Nels Johnson - los



The songs on los evoke both the too-often neglected value of introspection—and the sadness, regret, and celebration it carries with it—and the powerful pull of allowing ourselves to be transported momentarily to gaze at the world around us and to embrace a spot of time and space filled with peace. A sharp, creative writer, he finds ways to bend real-life circumstances into occasional sensational narratives with their own dark underbelly. A winning combination showcases his solid songwriting and instrumental skills with ordinary lives who may be specific to his small-town Oregon home, but through Nel’s eyes and verse, become universal characters. The thing about this album is his voice, textured and steady, it is the glue holding the songs together. You’re not drawn to the vocals because they dominate the tracks―it’s the opposite. The vocals work because they mesh with every style within every song, an auditory illusion where two people hear different things when listening to the same sound. He folds blunt declarations into appealing songs that never strike a harsh note, from Americana epics to intimate ballads. Don’t be deceived by Nel’s gentle voice and seemingly casual delivery. He means business, extolling the joys of desire and seeking justice with the same eloquent determination. This is an essential album, one that imparts the kind of wisdom that can always be both cherished and trusted.

In his teens Nels spent several years touring with punk bands. In his early twenties he decided he needed a more stable life and studied Law and joined the corporate rat-race. For the next ten years or so he ignored his musical aspirations, then in 2016, he picked up his guitar and discovered a renewed meaning to his life. He released his debut, TAKE ME HOME, two years ago under the moniker of Nels Johnson & The Accidental Saints. It was critically acclaimed leading to this second album, released under just his own name, though some of Accidental Saints are musically involved. Haunting organ swirls open Sixteen Years. Propulsive, darkly beautiful with twists of fleeting moments and a measure of hope. Nels sings with conviction and confidence, while also exuding the kind of presence that you can imagine commanding the spotlight on a large stage. He often utilises his own ukulele and Zak Borden’s mandolin as the lead instrument, the combination is entrancing, giving him a unique sound, very much his own. Rest is a simple acoustic track that highlights a couple too busy trying to make ends meet they have little or no time for each other. He switches gears to show his poppier side on the Beatle-y Wake Me Up, with Kathryn Claire’s violin and ethereal harmonies adding a symphonic vibe to this song of aimless living just to get by.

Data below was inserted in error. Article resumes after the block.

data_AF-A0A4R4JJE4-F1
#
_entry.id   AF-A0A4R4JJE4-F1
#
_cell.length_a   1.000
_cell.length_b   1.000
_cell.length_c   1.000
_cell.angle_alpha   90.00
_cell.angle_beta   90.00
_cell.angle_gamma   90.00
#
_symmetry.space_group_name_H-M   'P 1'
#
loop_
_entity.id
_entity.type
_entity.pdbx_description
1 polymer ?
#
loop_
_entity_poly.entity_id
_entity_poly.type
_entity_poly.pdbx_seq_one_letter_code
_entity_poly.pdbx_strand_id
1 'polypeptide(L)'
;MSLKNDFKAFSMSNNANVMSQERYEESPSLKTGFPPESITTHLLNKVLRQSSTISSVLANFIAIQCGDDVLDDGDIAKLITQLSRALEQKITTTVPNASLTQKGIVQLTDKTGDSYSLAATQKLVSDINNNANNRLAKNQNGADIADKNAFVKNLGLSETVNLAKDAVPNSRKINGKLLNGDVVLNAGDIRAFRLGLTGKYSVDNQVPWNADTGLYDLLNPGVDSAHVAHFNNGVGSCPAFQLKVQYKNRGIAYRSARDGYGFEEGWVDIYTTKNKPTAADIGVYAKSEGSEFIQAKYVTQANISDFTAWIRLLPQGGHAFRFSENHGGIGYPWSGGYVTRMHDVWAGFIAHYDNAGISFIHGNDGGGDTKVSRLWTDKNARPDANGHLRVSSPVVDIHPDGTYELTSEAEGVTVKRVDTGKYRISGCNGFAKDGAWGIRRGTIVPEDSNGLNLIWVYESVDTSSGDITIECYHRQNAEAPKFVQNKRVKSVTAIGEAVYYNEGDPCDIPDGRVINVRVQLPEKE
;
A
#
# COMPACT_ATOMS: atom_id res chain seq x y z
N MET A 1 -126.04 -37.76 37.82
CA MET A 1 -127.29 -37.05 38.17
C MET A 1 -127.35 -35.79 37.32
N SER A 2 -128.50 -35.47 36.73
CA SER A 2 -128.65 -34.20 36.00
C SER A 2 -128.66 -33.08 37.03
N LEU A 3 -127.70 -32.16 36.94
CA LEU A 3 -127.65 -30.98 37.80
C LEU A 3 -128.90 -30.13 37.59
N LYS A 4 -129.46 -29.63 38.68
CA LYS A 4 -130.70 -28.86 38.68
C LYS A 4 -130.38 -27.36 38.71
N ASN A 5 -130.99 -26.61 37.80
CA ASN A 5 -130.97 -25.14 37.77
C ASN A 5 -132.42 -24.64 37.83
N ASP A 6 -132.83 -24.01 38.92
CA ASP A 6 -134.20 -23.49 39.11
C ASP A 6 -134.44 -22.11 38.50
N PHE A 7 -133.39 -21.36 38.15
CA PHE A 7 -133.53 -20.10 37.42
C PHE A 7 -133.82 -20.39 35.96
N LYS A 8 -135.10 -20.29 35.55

He turns the spotlight towards immigrants struggling to earn a living on low wages in American Dream. Told in plainspoken, honest and heart-rending tones, it reminds me very much of Woody Guthrie’s Deportees (Plane Wreck At Los Gatos). Currently hosting a Ukrainian refugee family, this has resonated strongly with me, even more so with the immigration backlash that has surfaced in the UK over the past decade. Another Peace Of Mind is the sound of a deep, restorative breath being taken, of wooden instruments pushing air around a room together in real time, of middle age as a source of strength instead of crisis. A major key, great percussion, strong melodies, and lots of harmonies throughout an album that encapsulates the blend of singer-songwriter roots and punk aesthetic that is the hallmark of Nel Johnson’s sound.

October 2022